Back in May, we first reported that Goldman became the first bank to dare to ask if the Fed has lost control of the market, if in slightly more polite terms of course. This is how Jan Hatzius phrased it: "Despite two rate hikes and indications of impending balance sheet runoff, financial conditions have continued to loosen in recent months. Our financial conditions index is now about 50bp below its November 2016 average and near the easiest levels of the past two years." Several months later, after the third rate hike, Goldman found that once again, paradoxically, financial conditions eased further, and the market rose even more in direct opposition of what Fed rate hikes are supposed to do!
Fast forward to this weekend, when we reported that that lovely word which describes the new normal so well - "paradox" - made a repeat appearance, this time in the last quarterly report by the Bank of International Settlement, which for the nth time issued an alert on the state of the stock market, an alert which will be summarily ignored by everyone until after the crash, and reminded everyone what happened the last time financial conditions eased instead of tightening when the Fed hiked rates (spoiler alert: biggest crash in modern history). This is what the BIS' chief economist Claudio Borio said (among other things)"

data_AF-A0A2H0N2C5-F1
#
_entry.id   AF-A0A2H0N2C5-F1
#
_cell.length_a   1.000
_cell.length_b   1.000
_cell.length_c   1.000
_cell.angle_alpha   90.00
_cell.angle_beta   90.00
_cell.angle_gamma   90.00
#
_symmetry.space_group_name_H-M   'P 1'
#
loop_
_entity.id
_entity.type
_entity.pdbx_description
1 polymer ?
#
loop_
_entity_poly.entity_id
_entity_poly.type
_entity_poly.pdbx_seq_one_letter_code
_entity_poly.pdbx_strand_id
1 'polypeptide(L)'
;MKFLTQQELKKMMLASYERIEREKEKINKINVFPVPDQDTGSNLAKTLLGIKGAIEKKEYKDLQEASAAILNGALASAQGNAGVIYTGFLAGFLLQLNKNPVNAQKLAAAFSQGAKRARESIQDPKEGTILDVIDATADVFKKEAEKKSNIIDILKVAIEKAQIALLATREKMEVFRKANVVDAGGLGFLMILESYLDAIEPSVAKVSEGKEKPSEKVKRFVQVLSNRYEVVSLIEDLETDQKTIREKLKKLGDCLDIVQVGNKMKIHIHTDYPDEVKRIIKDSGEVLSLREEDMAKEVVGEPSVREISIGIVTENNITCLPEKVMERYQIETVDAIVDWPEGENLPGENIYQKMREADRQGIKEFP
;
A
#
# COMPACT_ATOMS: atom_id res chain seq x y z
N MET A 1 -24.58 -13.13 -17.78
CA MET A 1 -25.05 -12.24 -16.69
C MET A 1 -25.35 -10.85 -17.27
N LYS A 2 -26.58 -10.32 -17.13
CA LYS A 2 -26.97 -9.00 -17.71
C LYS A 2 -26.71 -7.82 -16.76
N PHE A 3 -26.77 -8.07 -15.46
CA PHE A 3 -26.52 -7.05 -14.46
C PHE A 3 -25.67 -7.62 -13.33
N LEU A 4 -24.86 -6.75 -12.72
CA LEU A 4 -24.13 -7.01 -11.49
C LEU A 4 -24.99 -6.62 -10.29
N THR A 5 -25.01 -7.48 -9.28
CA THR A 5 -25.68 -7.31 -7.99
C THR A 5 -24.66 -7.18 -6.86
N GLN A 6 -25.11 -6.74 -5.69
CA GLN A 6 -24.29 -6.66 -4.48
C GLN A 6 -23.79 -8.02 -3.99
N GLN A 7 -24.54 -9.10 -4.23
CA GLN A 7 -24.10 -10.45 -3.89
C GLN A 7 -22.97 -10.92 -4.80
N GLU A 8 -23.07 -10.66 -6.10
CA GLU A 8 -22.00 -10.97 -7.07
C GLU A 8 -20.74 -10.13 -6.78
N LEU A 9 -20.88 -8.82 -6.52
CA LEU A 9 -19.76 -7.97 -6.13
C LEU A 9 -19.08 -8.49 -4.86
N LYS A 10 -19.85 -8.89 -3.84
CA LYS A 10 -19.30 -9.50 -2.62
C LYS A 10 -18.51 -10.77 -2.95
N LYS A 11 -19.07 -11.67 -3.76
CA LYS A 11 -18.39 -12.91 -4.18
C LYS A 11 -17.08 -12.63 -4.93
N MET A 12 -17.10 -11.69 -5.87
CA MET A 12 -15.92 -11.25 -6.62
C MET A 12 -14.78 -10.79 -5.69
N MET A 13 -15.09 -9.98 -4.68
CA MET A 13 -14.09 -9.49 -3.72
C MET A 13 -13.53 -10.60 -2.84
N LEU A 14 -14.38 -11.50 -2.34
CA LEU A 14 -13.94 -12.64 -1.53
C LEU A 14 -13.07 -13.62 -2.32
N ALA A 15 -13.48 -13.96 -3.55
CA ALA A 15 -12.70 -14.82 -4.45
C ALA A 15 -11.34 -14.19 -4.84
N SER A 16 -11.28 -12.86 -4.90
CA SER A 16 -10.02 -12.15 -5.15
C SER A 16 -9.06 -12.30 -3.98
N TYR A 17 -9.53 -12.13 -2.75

Fact - Outcome - Fed - Policy - Tightening
“In fact, this paradoxical outcome is not entirely new… it is reminiscent of the Fed policy tightening in the 2000s - the phase that spawned the now famous "Greenspan conundrum". Then, overall financial conditions hardly budged, and in some respects eased, as the Federal Reserve progressively raised rates. The experience contrasted sharply with previous tightenings, not least the one in 1994. At that time, long-term rates soared, the yield curve steepened, asset prices fell, corporate spreads widened,...
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